A game which ultimately proved important for the tournament was Jesse Kraai’s win over Daniel Herman, because the promising young local achieved a winning position versus his GM opponent (rated 500 points higher). Kraai’s escape enabled him to stay in contention for and eventually succeed in grabbing the top prize.
[pgn] [Event "Denver Open 2019"] [Site "Denver USA"] [Date "2019.04.26"] [Round "1"] [White "Kraai, Jesse"] [Black "Herman, Daniel"] [Result "1-0"] [ECO "A46"] [WhiteElo "2484"] [BlackElo "1911"] [Annotator "John Watson"] [PlyCount "94"] [EventDate "2019.04.26"] [EventType "swiss"] [EventRounds "5"] [EventCountry "USA"] [Source "Mark Crowther"] [SourceVersion "1"] [SourceVersionDate "2019.05.06"] [SourceQuality "2"] 1. d4 Nf6 2. Nf3 e6 3. g3 b5 {This move has become extremely popular over the past few years.} 4. Bg2 Bb7 5. O-O c5 6. Bg5 (6. c3 {is most often-played here. }) 6... Be7 (6... d5 {and}) (6... cxd4 {are alternatives.}) 7. dxc5 Bxc5 8. Qd3 a6 9. Nbd2 (9. a4 {and}) (9. c4 {have both been tried here.}) 9... O-O 10. a4 b4 11. c4 bxc3 12. Qxc3 Be7 13. Rfc1 $6 h6 (13... Nd5 14. Qb3 (14. Bxe7 $4 Nxc3 15. Bxd8 Nxe2+) 14... Nc6 $1 {equalizes:} 15. Bxe7 Qxe7 16. Nc4 (16. Qxb7 $2 Rfb8) 16... Ndb4 $11) 14. Be3 Nc6 (14... Nd5 $1 15. Qb3 Nc6 $1 $15) 15. Qb3 Rb8 $6 (15... Nd5 $1 {looks fully equal, since} 16. Qxb7 $2 Na5 17. Bb6 Nxb6 18. Qe4 d5 19. Qd3 Rb8 {pus pressure on White's queenside.}) 16. Bb6 $1 Qc8 17. Ne5 d5 $5 18. Ba7 $6 (18. Ndf3 $1 $16) 18... Ra8 19. Be3 Nd7 20. Nd3 Qb8 21. Nf3 Na5 22. Qc3 Nc4 23. Bf4 $6 (23. Bd4 $1 {controls e5 and prepares b3.}) 23... Qa7 24. Nfe5 $2 {Walking into a pin which proves very difficult to break.} ({ Now d4 is less well-defended, so} 24. b3 {can be answered by} Bf6 {Then the exchange sacrifice} 25. Qe1 Bxa1 26. Rxa1 {would be quite promising if Black couldn't counter with} e5 $1 27. Ndxe5 Ncxe5 28. Nxe5 Rfd8 {, when White has some but perhaps not quite enough compensation.}) 24... Bf6 {The pin is terribly awkward and White is probably already lost.} 25. b3 (25. e3 {doesn't really help because Black has} g5 $1 {, and if} 26. Qd4 {,} Rfd8 $1 27. Qxa7 Rxa7 28. Nxd7 Rxd7 {will still win material.}) (25. h4 $2 Ndxe5 26. Nxe5 Rac8 { wins on the spot.}) 25... Ncxe5 26. Bxe5 (26. Nxe5 $2 Rfc8 27. Qb2 Rxc1+ 28. Rxc1 Qb8 $1 {and Black wins material.}) 26... Nxe5 27. Nxe5 {At this point White offered a draw. Facing an opponent rated 500 points higher, Black bravely and correctly refused, but did so with a move that largely lets his opponent off the hook:} d4 $2 (27... Rac8 28. Qb2 a5 $1 $17 {and White is stuck. There might follow} 29. e3 Ba6 30. Bf1 Bxf1 31. Kxf1 Qb6 {with a huge advantage} ({or} 31... Rb8)) 28. Qc5 Bxg2 29. Kxg2 Bxe5 $6 ({Black could still maintain a small edge with} 29... d3 $1 30. exd3 Qb7+ 31. Kh3 Rfc8 32. Qe3 Bxe5 33. Qxe5 Qxb3 $15) (29... Qb7+ 30. Qc6 Qxb3 31. Nd7 {is unclear.}) 30. Qxe5 Qb7+ 31. Kg1 Qxb3 ({Or} 31... Rad8 $11) 32. Qxd4 Rfd8 33. Qf4 Rac8 34. a5 Rxc1+ 35. Qxc1 Qd5 36. Qc7 Qd7 37. Qb6 Qc8 38. Rb1 Rd5 39. Qa7 $6 {Ambitious but risky.} Rd7 $2 {This leads to a passive rook ending.} (39... Qc6 $1 {threatens ...Rxa5, when} 40. e4 $5 (40. f3 g6 $15) 40... Rxa5 (40... Rd7) 41. Rb8+ Kh7 42. Qxf7 Ra1+ 43. Kg2 Qxe4+ 44. Kh3 Qf5+ 45. Qxf5+ exf5 46. Rb6 {will hold.}) 40. Qb8 Qxb8 41. Rxb8+ Kh7 42. Rb6 Rd2 {Black tries to stay active.} (42... Ra7 {is a negative-looking move which nevertheless should probably hold in the long run.}) 43. e3 Ra2 44. Rxa6 Kg6 (44... h5 {and}) (44... g5 {are better ideas, because later Black wants to exchange some kingside pawns.}) 45. Kg2 Kf5 $6 (45... h5) 46. Ra7 f6 $2 {An oversight.} (46... Kf6) 47. Rxg7 Rxa5 ({ Blaack resigns in view of} 47... Rxa5 48. g4+ Ke4 (48... Ke5 49. Rh7) 49. Rg6 $18 {, when the extra two pawns will be relatively easy to convert.}) 1-0 [/pgn]

In round three, two of the favorites met in the game Fishbein-Corrales Jimenez. White played a tricky positional setup versus the Sicilian and achieved a nice edge, sacrificing the exchange to achieve a strong bind. But after some inaccuracies Black cleverly achieved active counterplay and took over:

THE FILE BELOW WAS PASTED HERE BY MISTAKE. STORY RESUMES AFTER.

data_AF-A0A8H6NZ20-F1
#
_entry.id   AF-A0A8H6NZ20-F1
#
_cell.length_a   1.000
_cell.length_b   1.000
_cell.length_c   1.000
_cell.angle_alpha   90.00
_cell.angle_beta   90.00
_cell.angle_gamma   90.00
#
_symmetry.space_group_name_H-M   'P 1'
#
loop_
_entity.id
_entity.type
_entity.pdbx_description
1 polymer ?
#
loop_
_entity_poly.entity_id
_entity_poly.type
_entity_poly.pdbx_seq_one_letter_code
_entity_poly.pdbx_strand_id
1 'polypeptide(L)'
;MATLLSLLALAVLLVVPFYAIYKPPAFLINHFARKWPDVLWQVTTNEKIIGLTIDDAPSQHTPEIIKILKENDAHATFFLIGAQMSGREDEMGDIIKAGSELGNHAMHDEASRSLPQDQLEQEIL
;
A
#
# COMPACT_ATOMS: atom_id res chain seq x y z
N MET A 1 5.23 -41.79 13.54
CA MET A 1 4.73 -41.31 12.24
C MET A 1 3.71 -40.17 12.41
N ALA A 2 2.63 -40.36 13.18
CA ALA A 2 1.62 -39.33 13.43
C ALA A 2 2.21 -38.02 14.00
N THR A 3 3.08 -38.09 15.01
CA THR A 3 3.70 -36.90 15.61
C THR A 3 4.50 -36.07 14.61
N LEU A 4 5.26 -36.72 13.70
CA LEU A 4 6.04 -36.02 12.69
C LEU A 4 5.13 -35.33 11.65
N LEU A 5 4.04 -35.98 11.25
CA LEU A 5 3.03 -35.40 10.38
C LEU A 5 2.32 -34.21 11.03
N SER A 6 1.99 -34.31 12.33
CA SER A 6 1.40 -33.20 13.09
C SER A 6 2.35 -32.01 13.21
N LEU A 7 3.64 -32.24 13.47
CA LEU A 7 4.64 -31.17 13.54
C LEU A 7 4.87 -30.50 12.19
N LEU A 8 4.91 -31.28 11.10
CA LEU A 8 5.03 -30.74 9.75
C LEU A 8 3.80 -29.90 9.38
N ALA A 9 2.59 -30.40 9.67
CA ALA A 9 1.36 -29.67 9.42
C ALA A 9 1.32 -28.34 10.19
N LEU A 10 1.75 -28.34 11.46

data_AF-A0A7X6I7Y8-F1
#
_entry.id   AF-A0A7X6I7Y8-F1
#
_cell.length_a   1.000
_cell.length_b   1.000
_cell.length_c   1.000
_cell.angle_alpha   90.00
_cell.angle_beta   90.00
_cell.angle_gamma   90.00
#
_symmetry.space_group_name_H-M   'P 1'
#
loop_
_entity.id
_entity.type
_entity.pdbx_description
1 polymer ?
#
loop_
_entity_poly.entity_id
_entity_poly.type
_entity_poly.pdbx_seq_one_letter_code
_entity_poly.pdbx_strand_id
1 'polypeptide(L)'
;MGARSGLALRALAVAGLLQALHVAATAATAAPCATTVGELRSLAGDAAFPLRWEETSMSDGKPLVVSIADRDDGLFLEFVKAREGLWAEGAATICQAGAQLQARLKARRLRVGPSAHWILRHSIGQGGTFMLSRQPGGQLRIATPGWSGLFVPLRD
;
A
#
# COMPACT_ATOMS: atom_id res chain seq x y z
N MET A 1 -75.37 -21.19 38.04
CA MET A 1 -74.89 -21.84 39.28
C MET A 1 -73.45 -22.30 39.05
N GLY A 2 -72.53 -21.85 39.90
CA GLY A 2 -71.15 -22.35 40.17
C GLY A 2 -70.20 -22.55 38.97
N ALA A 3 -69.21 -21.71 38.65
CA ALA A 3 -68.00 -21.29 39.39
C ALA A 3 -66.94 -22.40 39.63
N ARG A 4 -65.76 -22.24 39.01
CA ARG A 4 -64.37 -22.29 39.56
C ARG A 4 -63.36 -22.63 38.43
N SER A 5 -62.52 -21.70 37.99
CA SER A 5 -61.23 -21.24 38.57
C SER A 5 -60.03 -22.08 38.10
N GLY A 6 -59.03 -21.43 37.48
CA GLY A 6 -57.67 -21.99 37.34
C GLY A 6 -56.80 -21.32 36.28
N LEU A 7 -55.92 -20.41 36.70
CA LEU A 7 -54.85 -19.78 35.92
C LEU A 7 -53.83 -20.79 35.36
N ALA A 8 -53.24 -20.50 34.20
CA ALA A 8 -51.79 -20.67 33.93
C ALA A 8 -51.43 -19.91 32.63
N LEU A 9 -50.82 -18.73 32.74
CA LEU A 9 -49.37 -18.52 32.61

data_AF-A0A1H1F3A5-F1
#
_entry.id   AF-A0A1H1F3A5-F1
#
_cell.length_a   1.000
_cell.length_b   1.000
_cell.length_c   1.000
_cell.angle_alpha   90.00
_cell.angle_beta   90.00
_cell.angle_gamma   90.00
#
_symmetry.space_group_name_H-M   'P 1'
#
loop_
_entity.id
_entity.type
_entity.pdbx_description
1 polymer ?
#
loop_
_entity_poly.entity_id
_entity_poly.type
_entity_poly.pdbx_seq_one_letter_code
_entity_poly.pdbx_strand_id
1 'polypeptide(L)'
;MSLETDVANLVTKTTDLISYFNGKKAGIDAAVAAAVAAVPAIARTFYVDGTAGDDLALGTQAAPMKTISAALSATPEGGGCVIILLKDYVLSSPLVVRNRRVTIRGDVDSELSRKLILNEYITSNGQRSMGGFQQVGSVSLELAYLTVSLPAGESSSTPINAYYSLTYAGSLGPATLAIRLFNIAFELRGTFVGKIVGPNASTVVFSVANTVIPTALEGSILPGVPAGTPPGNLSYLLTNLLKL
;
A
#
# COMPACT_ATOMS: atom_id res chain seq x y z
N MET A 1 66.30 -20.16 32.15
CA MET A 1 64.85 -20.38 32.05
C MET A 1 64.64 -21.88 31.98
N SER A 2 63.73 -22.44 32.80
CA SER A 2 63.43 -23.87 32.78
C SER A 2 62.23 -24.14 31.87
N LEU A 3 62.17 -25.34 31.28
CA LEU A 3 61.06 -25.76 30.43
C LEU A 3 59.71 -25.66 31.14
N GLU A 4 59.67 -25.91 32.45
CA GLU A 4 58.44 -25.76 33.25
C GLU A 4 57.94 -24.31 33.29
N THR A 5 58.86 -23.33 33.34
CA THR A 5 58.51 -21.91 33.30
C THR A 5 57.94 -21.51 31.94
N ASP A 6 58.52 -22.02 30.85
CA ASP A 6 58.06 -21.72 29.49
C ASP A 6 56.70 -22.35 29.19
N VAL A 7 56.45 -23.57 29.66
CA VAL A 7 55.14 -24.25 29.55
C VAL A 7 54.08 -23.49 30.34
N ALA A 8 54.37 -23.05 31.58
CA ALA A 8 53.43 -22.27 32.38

[pgn] [Event "Denver Open 2019"] [Site "Denver USA"] [Date "2019.04.27"] [Round "3"] [White "Fishbein, Alex"] [Black "Corrales Jimenez, Fidel"] [Result "0-1"] [ECO "B58"] [WhiteElo "2456"] [BlackElo "2563"] [Annotator "John Watson"] [PlyCount "120"] [EventDate "2019.04.26"] [EventType "swiss"] [EventRounds "5"] [EventCountry "USA"] [Source "Mark Crowther"] [SourceVersion "1"] [SourceVersionDate "2019.05.06"] [SourceQuality "2"] 1. e4 c5 2. Nf3 d6 3. d4 cxd4 4. Nxd4 Nf6 5. Nc3 Nc6 6. Be2 e5 7. Nf3 h6 8. O-O Be7 9. Re1 O-O 10. h3 a6 $5 {I don't like this plan much.} (10... Be6 {is more thematic, challenging d5, e.g.,} 11. Bf1 Qa5 (11... Rc8 12. Nd5 Na5 $5) 12. a3 (12. Bd2 Qd8 13. Bc1 (13. a4 d5) 13... Qa5 14. Bd2 Qd8 15. Bc1 {Svidler,P (2630)-Khalifman,A (2650) Yerevan 1996}) 12... Rfc8 13. Rb1 (13. Be3) 13... Nb8 $5 14. Nh4 Nc6 15. Nf3 (15. Nf5 $2 Bxf5 16. exf5 d5) 15... Nb8 16. Nh4 Nc6 17. Nf3 Nb8 {½-½ Smeets,J (2538)-Nijboer,F (2638) Wijk aan Zee 2007}) 11. Bf1 b5 12. a4 $1 b4 13. Nd5 {This position has arisen frequently over the years, with excellent results for White.} a5 (13... Rb8 14. Bc4 a5 $6 (14... Na5 15. Nxf6+ Bxf6 16. Bd5 Be6) 15. Qd3 Nxd5 16. Bxd5 $14 {Kostrikina,A (2157)-Lastin,A (2504) Dombai 2013}) (13... Nxd5 14. exd5 Na5 (14... Nb8 15. a5 $1) 15. Bd2 Rb8 16. Re4 b3 17. c3 $14) 14. Bc4 Be6 15. Qd3 ({The still more accurate} 15. Be3 $1 {targets b6:} Bxd5 (15... Rb8 16. Bb5 $16) (15... Nb8 16. Nxf6+ Bxf6 17. Bd5 Bxd5 18. Qxd5) 16. exd5 $1 Nb8 17. Bb5 $16) 15... Bxd5 16. exd5 $1 {A nice decision, giving up the exchange.} (16. Bxd5 Nxd5 17. Qxd5 Qc7 18. Be3 { looks nice for White, but Black is solid.}) 16... e4 $5 {Black takes the material, trying to avoid positionally disastrous lines such as} (16... Nb8 17. Nd2 Nbd7 18. Nb3 Qc7 19. Bb5 $1 Rac8 (19... Rfc8 20. Bc6) 20. Be3 $1 Qxc2 21. Qxc2 Rxc2 22. Nxa5 Rxb2 23. Nc6 Bd8 24. Bc1 Rb3 25. a5 $16) 17. Rxe4 Nxe4 18. dxc6 {But now White has a passed pawn, two bishops, and enemy weaknesses in return for the exchange.} Nf6 $6 (18... Nc5 19. Qd5 Bf6 {is preferable.}) 19. Nd4 $5 (19. Bf4 $1 $16 {is primitive and strong, e.g.,} Qb6 (19... d5 20. c7) 20. Bb5 d5 21. Be5 {with Bd4 next.}) 19... d5 20. Ba6 $5 (20. Bb5 Bd6 $14) 20... Ne4 $1 {threatening ...Nc5.} 21. Bb7 Rb8 {Black has sufficient counterplay.} 22. Nb5 Bc5 23. Be3 Qb6 24. Qxd5 $2 {This works out badly. White should be patient with} (24. Rd1 {, when} Rfe8 25. Bd4 $11 {might follow.}) 24... Bxe3 25. Qxe4 Bxf2+ 26. Kh1 Rbe8 (26... Bg3 $1 $17) 27. Qc4 $6 (27. Qf4) 27... Bg3 28. Qd4 {White is clearly in trouble now and chooses the endgame, hoping that the opposite-colored bishops will give drawing chances.} Qxd4 29. Nxd4 g6 30. Ba6 Re4 31. Ne2 Bc7 32. Rd1 Rd8 33. Rxd8+ Bxd8 34. g3 Kf8 35. Kg2 Bb6 36. b3 {White can only sit around.} Ke7 37. Nf4 Kd6 38. Bc4 {Trying to force matters, in view of lines like} (38. Bb5 g5 39. Ne2 f5 40. Kf3 Re3+ 41. Kg2 Kd5 42. Kh2 Ke5 43. Kg2 f4 $19) 38... g5 39. Nh5 Bd4 40. g4 Be5 41. Kf3 Re1 42. Bb5 Rc1 43. Bc4 Rxc2 44. Bxf7 Rxc6 45. Ke4 Rc7 46. Bg8 Rc3 47. Kf5 Rxh3 48. Kg6 Rh4 49. Kf5 Rh2 50. Kg6 Rg2 51. Kf5 Bh8 52. Bc4 Kc5 53. Be6 Kd4 54. Kg6 ({ White will run out of room after} 54. Bg8 Rc2 55. Kg6 Rc6+ 56. Kf5 Rc8 {, e.g., } 57. Be6 Rc5+ 58. Kg6 Rc6 59. Kf5 Rxe6 $1 60. Kxe6 Kc3) 54... Ke5 55. Bf5 Rb2 56. Ng3 Rxb3 57. Ne4 Rh3 58. Nc5 Rc3 59. Nb7 Rc6+ 60. Kh5 Kf6 $1 (60... Kf6 61. Kxh6 (61. Nxa5 Rc3 {mates}) 61... Bg7+ 62. Kh7 b3 {and the pawn advances.}) 0-1 [/pgn]